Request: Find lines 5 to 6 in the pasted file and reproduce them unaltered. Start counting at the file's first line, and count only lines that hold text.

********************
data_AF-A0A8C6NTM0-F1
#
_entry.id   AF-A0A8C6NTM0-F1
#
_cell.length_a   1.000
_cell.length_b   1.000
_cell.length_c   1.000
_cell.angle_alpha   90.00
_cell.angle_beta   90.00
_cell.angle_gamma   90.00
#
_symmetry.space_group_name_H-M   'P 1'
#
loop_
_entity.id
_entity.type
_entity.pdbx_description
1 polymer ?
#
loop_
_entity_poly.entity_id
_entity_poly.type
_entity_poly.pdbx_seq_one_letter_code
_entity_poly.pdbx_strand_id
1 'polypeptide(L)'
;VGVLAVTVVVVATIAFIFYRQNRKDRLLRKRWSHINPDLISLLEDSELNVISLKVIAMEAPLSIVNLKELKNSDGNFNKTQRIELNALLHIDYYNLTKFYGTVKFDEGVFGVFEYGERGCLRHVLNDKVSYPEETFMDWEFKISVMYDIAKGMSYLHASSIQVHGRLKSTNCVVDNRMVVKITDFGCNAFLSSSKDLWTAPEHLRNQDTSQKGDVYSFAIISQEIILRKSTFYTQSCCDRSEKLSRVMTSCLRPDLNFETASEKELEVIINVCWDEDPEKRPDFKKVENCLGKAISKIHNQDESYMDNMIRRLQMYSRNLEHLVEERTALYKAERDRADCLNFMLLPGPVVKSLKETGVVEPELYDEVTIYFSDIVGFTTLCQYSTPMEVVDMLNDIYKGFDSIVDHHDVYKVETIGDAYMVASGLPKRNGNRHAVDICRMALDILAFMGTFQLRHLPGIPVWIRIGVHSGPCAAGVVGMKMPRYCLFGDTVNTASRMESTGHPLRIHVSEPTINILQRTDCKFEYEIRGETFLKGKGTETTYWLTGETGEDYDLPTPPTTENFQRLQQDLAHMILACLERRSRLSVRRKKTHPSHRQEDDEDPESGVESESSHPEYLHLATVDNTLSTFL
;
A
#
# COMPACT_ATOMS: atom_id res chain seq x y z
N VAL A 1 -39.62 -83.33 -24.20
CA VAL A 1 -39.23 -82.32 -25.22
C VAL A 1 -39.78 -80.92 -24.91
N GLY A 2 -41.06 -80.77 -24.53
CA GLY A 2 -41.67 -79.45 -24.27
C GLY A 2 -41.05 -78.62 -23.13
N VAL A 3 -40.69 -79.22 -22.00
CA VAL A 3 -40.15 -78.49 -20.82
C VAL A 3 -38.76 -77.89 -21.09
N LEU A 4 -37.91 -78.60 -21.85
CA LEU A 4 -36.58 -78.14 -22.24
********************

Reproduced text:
_cell.length_a   1.000
_cell.length_b   1.000